Just four days after the Utah Jazz and Oklahoma City Thunder's tumultuous game cancelation and subsequent league shutdown, the NFLPA approved the new CBA presented to them by the league by a razor-thin 1,019-959 margin, effectively changing a number of major league norms and rules while simultaneously guaranteeing the league's long-term labor stability, a far cry from the doomsday predictions surrounding the likelihood of a lockout. But what changed so many players' minds about the deal in such a relatively short timeframe?
Did Coronavirus Bring Both Parties Together Quicker?
It's impossible to ignore the virus' possible impact on this front. Before the pandemic was on the minds of most Americans, star cornerback Richard Sherman made public his disdain for the proposed deal back in February. Former NFL MVP and quarterback Aaron Rodgers announced his vote to reject the deal that same month, citing concerns with the additional regular season game. After 2011, a large segment of the player population felt that they conceded too much, and that they had more to win by playing a version of hardball with ownership.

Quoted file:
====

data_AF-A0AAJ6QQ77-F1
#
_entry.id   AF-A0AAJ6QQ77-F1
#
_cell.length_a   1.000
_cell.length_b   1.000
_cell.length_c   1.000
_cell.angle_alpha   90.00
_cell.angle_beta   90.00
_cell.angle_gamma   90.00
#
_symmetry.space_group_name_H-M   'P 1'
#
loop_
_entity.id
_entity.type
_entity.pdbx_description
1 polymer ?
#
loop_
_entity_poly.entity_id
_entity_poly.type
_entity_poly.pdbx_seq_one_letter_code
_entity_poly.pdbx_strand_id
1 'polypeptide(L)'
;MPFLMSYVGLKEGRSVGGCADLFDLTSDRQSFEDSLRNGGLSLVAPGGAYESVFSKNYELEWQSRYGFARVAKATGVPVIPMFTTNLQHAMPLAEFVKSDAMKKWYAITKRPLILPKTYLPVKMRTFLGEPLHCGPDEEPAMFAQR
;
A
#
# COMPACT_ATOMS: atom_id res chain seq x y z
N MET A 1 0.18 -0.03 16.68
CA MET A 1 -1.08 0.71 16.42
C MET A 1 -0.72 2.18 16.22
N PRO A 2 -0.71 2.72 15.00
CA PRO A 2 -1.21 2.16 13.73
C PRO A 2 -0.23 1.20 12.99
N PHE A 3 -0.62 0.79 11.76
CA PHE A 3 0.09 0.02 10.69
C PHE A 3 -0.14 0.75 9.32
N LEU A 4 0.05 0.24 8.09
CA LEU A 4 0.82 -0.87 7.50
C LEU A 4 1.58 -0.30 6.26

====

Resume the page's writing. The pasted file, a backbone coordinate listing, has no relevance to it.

But in the final days leading up to the union's overall decision, the headlines were overwhelming filled with a common theme of coronavirus and the disruptions it was causing, especially to sports. The NBA may lose as much as $1 billion due to the effects of the pandemic, while MLB commissioner Rob Manfred recently proclaimed that a lost season could result in an excruciating $4 billion price tag. Is it possible that with the painful amount of uncertainty the world faces on a public health and economic front, that an additional $600 million to players in the form of a higher minimum salary and salary cap was too good to pass up when little else could be taken for granted? Given how close the vote among union members was, it isn't a stretch to think that just 31 minds were swayed out of the 1,978 total votes, or just 0.016 percent of all voting members, which would have swung the vote in the other direction. According to USA Today, the league made $16 billion in revenue in 2018, with much of that bottom line going into the pockets of players. While some members of the players association would have preferred to see a larger share of the pie end up on their side, having two seasons in a row potentially result in revenue loss (one due to the virus and another because of the labor dispute) was a risk that many players may not have been simply willing to take.